The zipline site is quite high up the mountain and truly in the middle of nowhere, which made it a beautiful and tranquil spot. You start by getting togged up in gear, a quick lesson then go on the first long zipline on hopefully don’t forget what you’re taught like Mark did, swinging around and only just making the other side. You then have to walk a fair way to get to the next platform, as you do throughout the course. It’s quite physically demanding for the not so young and not so fit (of which we are both). You have thirteen lines in all. There’s a period when you’re going platform to platform. At times there are rather a lot of people on one platform – usually based around a tree. You need to be careful to lean out of the way – I got a really rather painful kick in the back at one point, as someone landed too close to me. Mark also landed so hard at one point he burnt out the stopped and slightly burnt the guide’s hand. At the same time, I was set-up ready to go on the other side, stood rather awkwardly on my tippy toes. Not a position designed for hanging around, but as they had to sort out the mess the other end, I had no choice but to dangle. I was delighted to hear it was all Mark’s fault once I got to the other end.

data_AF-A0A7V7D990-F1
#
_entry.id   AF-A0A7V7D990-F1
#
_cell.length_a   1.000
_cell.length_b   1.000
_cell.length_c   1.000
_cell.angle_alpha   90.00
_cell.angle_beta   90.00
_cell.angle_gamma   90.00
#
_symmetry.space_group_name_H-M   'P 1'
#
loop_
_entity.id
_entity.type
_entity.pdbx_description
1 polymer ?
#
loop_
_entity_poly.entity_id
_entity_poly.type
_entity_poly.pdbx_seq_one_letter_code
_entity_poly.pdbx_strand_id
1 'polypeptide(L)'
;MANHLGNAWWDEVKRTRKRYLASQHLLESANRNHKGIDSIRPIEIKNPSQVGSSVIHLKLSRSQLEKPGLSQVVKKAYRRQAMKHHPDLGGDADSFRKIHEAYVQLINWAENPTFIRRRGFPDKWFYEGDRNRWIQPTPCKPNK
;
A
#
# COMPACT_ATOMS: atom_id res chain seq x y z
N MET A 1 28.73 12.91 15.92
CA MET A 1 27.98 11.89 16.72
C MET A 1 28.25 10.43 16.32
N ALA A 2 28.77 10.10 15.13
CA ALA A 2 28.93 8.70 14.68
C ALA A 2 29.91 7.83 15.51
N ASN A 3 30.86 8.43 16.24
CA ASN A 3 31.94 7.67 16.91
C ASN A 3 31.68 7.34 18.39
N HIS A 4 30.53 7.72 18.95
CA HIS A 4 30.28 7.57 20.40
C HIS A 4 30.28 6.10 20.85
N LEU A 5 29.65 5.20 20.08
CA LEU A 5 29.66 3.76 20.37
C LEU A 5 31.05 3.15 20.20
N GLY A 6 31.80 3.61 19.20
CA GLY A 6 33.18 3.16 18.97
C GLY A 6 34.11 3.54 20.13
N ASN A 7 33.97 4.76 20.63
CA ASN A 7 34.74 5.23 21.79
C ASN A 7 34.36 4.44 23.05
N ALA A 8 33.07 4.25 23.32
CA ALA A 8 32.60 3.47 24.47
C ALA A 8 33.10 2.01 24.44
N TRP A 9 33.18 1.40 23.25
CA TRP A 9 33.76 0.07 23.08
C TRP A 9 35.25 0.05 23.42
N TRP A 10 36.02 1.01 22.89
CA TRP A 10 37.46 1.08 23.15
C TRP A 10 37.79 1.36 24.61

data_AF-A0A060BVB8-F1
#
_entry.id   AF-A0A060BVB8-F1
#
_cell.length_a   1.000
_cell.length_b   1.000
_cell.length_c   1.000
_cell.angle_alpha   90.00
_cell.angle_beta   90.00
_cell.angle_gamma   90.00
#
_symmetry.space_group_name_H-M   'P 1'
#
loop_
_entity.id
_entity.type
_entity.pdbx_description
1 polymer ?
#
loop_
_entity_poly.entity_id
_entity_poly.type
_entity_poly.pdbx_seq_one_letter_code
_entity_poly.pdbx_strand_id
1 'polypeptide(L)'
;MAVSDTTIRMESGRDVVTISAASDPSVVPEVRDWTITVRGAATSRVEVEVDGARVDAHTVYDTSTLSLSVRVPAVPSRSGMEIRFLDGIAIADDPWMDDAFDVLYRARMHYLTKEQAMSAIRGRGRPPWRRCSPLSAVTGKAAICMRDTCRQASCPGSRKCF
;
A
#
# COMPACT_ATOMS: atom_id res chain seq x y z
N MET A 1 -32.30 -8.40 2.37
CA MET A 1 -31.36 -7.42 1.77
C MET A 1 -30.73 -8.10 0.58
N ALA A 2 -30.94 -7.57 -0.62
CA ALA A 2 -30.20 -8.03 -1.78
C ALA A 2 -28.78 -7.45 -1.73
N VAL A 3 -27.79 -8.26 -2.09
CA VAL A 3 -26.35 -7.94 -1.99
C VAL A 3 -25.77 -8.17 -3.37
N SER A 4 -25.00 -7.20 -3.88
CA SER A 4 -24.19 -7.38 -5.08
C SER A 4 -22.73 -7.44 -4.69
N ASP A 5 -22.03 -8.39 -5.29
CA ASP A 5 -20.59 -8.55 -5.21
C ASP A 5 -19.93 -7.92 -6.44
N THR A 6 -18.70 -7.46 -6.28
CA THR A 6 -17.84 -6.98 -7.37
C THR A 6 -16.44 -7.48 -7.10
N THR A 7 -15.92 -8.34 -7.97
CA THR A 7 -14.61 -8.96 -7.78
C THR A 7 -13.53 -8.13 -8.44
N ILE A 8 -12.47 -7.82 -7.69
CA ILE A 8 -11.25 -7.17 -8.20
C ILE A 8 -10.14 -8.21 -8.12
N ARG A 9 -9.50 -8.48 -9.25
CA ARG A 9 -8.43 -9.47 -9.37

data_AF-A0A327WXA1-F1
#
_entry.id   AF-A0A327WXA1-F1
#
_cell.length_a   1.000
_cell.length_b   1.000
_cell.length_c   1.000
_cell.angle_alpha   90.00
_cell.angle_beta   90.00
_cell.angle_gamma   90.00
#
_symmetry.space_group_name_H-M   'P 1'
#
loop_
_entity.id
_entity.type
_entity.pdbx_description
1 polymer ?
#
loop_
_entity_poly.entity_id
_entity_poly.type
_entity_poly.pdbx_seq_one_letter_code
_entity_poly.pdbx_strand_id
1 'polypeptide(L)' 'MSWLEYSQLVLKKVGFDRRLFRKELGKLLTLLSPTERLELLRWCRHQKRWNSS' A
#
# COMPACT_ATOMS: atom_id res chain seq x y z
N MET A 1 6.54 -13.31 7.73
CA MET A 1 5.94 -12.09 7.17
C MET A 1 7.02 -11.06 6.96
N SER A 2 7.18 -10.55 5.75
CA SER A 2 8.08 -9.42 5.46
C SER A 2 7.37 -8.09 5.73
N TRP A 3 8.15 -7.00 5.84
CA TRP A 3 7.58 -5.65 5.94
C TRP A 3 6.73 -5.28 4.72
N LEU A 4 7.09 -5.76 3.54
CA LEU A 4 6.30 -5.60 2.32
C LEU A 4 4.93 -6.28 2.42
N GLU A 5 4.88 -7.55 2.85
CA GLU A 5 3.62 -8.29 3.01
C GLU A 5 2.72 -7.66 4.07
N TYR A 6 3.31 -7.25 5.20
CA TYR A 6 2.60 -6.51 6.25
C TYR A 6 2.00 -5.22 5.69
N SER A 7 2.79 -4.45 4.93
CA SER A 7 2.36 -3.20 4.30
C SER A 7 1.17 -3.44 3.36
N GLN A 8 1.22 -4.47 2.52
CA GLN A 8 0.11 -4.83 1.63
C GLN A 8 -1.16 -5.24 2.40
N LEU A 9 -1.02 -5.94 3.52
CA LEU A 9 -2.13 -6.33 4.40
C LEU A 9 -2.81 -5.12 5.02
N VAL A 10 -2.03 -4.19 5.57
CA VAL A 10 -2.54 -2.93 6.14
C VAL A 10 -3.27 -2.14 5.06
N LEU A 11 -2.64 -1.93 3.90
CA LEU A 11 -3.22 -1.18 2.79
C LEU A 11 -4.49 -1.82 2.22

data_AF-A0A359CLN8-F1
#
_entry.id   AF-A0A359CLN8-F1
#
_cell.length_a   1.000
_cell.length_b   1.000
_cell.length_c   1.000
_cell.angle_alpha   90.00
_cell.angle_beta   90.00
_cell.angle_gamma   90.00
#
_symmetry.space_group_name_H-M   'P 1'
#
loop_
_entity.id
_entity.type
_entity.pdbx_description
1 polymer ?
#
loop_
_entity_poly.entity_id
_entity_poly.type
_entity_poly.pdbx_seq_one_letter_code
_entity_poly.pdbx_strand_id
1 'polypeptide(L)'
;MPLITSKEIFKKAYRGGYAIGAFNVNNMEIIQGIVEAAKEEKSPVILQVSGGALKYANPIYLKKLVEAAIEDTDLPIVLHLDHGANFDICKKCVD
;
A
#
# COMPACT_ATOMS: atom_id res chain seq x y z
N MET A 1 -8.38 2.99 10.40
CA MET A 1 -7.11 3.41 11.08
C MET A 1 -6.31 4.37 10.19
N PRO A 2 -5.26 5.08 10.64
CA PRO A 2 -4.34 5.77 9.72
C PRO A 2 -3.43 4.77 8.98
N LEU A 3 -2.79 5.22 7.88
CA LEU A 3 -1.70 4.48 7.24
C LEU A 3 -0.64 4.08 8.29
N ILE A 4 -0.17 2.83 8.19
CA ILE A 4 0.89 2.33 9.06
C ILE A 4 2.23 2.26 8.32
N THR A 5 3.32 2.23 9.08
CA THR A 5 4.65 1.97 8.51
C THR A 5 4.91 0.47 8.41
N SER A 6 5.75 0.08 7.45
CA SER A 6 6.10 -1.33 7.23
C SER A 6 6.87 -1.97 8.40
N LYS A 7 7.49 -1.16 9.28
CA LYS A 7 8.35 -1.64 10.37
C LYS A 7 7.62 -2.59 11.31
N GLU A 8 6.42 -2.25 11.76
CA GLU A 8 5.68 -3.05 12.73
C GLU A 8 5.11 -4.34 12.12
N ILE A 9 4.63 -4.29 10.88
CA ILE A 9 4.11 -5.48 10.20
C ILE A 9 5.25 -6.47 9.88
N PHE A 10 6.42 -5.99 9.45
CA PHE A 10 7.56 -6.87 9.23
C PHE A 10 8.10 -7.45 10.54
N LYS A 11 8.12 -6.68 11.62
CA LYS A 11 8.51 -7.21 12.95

The practical bits:
Carrying anything is not ideal. Bits and pieces if you have zip pockets, but large items can make life uncomfortable. You can put your stuff in a shed that they lock up while you go around. At the end, they give you fruit and water. We and most of our fellow zippers could really have done with water on the way round too though. Especially after the uphill hikes. There wasn’t really enough water either – the water machine didn’t work and we were desperately tipping it to try to get enough. I would suggest taking a big bottle with you to put away and enjoy at the end. And if you have some kind of fancy fold up one for the way round – would be handy. The other tricky bit is if you are short or heavy or as in my case – both! They often have to get you to jump so they can attach you to the cable. So you’re sometimes on a wooden ledge jumping about while they try to pull you up to attach you. There’s no dignity to be had and it was actually quite difficult at times.
So there was a lack of water, jumping about like a ballet dancing hippo and the potential for getting a bit of a kick, but other than that it was a fantastic experience. Oddly a pretty calm one. They have special new cables that they have implemented which are quieter than the standard zip lines – so the noise doesn’t disturb the wildlife. Well, only the screams, but no-one can scream louder than a howler! I won’t describe the whole thing because it’s more fun to find out as you go along. The staff are really friendly, chilled and funny, despite doing a very physical job to help you all. Watching them fly about is pretty impressive too. A knackering but worthwhile day out, even for lazy bastards like us.